- Trzepizur W, Cistulli PA, Glos M, et al. Health outcomes of continuous positive airway pressure versus mandibular advancement device for the treatment of severe obstructive sleep apnea: an individual participant data meta-analysis. Sleep. 2021;44(7): zsab015.
- Tan YK, L’Estrange PR, Luo YM, et al. Mandibular advancement splints and continuous positive airway pressure in patients with obstructive sleep apnoea: A randomized cross-over trial. Eur J Orthod. 2002;24(3):239-249.
- Vanderveken OM, Dieltjens M, Wouters K, De Backer WA, Van De Heyning PH, Braem MJ. Objective measurement of compliance during oral appliance therapy for sleep-disordered breathing. Thorax. 2013;68(1):91-96.
- Liu HW, Chen YJ, Lai YC, et al. Combining MAD and CPAP as an effective strategy for treating patients with severe sleep apnea intolerant to high-pressure PAP and unresponsive to MAD. PLoS One. 2017;12(10).
- Tanaka Y, Adame JMl, Kaplan A, Almeida FR. The simultaneous use of positive airway pressure and oral appliance therapy with and without connector: A preliminary study. J Dent Sleep Med. 9(2):2022.
- Garg RK, Afifi AM, Sanchez R, King TW. Obstructive sleep apnea in adults: The role of upper airway and facial skeletal surgery. Plast Reconstr Surg. 2016;138(4):889-898.
- Phan NT, Wallwork B, Panizza B. Surgery for adult patients with obstructive sleep apnoea: A review for general practitioners. Aust Fam Physician. 2016;45(8):574-578.
- White J, Richardson S, Levine M. Protocol for communicating with a patient’s treating physician. American Academy of Dental Sleep Medicine. https://www.aadsm.org/referral_and_marketing_resourc.php. Accessed July 1, 2022.
- Peppard PE, Austin D, Brown RL. Association of alcohol consumption and sleep disordered breathing in men and women. J Clin Sleep Med. 2007;3(3):265.
- Wetter DW, Young TB, Bidwell TR, Badr MS, Palta M. Smoking as a risk factor for sleep-disordered breathing. Arch Intern Med. 1994;154(19):2219-2224.
- Newman AB, Foster G, Givelber R, Nieto FJ, Redline S, Young T. Progression and regression of sleep-disordered breathing with changes in weight: the Sleep Heart Health Study. Arch Intern Med. 2005;165(20):2408-2413.
- Radmand R, Chiang H, Di Giosia M, et al. Defining and measuring compliance with oral appliance therapy. J Dent Sleep Med. 2021; 8(3).
- Mogell K, Blumenstock N, Mason E, Rohatgi R, Shah S, Schwartz D. Definition of an effective oral appliance for the treatment of obstructive sleep apnea and snoring: An update for 2019. J Dent Sleep Med. 2019;6(3).
- Gjerde K, Lehmann S, Berge ME, Johansson AK, Johansson A. Oral appliance treatment in moderate and severe obstructive sleep apnoea patients non-adherent to CPAP. J Oral Rehabil. 2016;43(4):249-258.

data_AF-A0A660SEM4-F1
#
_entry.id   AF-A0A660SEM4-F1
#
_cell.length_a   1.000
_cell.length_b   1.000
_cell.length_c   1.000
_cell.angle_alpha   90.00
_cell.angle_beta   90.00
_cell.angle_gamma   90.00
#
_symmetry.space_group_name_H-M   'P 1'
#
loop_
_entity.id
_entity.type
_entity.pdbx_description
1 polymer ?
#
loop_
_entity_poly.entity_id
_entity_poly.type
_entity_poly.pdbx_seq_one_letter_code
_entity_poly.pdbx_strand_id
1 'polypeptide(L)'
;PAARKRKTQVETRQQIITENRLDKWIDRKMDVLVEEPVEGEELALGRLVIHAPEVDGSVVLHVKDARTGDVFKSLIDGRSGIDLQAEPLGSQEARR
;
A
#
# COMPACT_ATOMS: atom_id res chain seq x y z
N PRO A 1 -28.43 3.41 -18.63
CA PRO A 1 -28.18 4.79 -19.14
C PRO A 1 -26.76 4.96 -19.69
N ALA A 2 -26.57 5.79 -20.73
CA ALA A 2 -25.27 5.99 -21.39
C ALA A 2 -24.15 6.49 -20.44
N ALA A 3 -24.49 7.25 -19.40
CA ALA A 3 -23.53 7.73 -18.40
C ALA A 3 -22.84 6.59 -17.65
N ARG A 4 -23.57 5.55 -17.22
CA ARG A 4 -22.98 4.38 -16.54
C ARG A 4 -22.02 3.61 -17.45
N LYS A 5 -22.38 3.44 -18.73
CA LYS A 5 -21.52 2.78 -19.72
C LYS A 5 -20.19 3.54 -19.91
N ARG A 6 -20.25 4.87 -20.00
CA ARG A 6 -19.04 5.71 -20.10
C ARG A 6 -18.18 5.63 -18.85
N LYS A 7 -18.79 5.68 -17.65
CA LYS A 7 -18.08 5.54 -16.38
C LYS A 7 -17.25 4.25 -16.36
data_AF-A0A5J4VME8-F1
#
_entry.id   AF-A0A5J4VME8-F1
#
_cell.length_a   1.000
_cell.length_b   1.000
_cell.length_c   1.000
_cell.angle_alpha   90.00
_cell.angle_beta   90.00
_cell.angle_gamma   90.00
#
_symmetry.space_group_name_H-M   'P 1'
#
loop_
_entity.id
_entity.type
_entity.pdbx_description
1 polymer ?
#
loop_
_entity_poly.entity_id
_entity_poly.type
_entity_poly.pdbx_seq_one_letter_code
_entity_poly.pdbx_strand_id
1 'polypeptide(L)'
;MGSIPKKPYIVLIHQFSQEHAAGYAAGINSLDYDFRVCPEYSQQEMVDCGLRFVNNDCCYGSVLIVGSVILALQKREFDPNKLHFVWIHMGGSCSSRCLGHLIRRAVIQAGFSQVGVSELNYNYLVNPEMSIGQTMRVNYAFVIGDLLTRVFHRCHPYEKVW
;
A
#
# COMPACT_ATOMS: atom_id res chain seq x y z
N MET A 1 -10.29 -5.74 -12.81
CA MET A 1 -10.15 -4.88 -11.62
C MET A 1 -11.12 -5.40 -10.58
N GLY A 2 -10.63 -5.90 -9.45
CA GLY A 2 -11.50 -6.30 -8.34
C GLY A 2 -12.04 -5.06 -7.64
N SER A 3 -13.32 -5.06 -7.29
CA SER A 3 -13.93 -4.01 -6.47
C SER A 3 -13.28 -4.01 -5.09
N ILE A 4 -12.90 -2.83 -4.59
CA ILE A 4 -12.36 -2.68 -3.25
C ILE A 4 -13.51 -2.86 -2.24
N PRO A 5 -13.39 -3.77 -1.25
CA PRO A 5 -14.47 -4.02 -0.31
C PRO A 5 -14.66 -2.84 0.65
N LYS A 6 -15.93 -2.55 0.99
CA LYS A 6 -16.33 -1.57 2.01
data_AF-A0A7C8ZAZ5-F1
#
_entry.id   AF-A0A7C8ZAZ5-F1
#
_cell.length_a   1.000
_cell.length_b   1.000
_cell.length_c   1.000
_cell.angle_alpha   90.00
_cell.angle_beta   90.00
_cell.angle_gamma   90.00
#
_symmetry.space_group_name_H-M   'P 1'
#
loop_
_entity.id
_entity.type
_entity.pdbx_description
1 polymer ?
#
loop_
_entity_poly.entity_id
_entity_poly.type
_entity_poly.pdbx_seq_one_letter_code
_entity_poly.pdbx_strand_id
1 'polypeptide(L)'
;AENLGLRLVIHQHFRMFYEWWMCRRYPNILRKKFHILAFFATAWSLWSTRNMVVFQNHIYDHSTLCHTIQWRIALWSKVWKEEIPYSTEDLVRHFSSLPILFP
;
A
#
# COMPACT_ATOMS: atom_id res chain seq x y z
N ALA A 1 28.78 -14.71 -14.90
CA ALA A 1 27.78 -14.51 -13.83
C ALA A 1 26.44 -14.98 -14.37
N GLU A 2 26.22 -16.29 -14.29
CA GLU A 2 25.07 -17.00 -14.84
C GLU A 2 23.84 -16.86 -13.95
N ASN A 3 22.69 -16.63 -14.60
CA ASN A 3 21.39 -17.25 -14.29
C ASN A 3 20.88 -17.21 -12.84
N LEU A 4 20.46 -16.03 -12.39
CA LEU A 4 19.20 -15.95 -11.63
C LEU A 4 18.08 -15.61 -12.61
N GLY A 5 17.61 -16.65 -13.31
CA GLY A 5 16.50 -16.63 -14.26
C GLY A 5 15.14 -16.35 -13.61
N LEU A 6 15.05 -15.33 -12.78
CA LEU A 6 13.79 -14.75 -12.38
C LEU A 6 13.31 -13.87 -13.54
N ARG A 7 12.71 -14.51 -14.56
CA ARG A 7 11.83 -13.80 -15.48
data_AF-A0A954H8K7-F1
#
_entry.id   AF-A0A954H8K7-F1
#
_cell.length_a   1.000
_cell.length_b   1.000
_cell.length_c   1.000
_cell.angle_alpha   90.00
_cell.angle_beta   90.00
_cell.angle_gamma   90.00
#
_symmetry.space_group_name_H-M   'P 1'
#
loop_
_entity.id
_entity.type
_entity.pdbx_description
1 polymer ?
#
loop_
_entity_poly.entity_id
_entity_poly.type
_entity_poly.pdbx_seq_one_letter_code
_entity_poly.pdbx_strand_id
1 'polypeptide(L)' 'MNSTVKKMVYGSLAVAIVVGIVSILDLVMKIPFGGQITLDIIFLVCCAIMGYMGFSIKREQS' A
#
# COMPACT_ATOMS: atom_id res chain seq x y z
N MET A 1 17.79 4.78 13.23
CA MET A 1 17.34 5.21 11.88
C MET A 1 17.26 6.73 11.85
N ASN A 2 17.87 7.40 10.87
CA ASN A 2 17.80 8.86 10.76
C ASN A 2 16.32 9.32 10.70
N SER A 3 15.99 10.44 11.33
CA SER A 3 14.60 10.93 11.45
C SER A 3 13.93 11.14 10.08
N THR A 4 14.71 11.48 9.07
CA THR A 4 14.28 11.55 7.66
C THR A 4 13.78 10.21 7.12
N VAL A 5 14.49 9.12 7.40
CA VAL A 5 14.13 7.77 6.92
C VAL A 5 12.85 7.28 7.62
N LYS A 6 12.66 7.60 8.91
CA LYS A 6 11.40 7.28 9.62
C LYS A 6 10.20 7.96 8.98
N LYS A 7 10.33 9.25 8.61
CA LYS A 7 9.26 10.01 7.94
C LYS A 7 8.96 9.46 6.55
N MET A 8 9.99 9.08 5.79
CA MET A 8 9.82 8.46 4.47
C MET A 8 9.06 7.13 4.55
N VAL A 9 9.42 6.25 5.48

- Aarab G, Lobbezoo F, Hamburger HL, Naeije M. Effects of an oral appliance with different mandibular protrusion positions at a constant vertical dimension on obstructive sleep apnea. Clin Oral Investig. 2010;14(3):339-345.
- Tegelberg Å, Walker-Engström ML, Vesding O, Wilhelmsson B. Two different degrees of mandibular advancement with a dental appliance in treatment of patients with mild to moderate obstructive sleep apnea. Acta Odontol Scand. 2003;61(6):356-362.
- Walker-Engström ML, Ringqvist I, Vestling O, Wilhelmsson B, Tegelberg A. A prospective randomized study comparing two different degrees of mandibular advancement with a dental appliance in treatment of severe obstructive sleep apnea. Sleep Breath. 2003;7(3):119-130.
- Vroegop AV, Vanderveken OM, Van de Heyning PH, Braem MJ. Effects of vertical opening on pharyngeal dimensions in patients with obstructive sleep apnoea. Sleep Med 2012;13:314-316.
- Sateia MJ. International classification of sleep disorders-third edition: highlights and modifications. Chest. 2014;146(5):1387-1394.
- Sheats RD, Schell TG, Blanton AO, et al. Management of side effects of oral appliance therapy for sleep-disordered breathing. J Dent Sleep Med. 2017;04(04):111-125.
- Schwartz D, Adame M, Addy N, et al. American Academy of Dental Sleep Medicine Position on the Scope of Practice for Dentists Ordering or Administering Home Sleep Apnea Tests. J Dent Sleep Med. 2020;7(4).
- Ainge-Allen HW, Yee BJ, Ip MSM. Contemporary Concise Review 2020: Sleep. Respirology. 2021;26(7):700-706.
- Al-Jewair TS, Al-Jasser R, Almas K. Periodontitis and obstructive sleep apnea’s bidirectional relationship: a systematic review and meta-analysis. Sleep Breath. 2015;19(4):1111-1120.
- Vanderveken OM, Dieltjens M, Wouters K, De Backer WA, Van De Heyning PH, Braem MJ. Objective measurement of compliance during oral appliance therapy for sleep-disordered breathing. Thorax. 2013;68(1):91-96.
SUBMISSION AND CORRESPONDENCE INFORMATIONSubmitted in final revised form September 27, 2022.
Address correspondence to: Mitchell Levine, DMD; Email: email@example.com
DISCLOSURE STATEMENTDr. Schwartz declares investments in Prosomnus Sleep.
*Download PDF for full article features.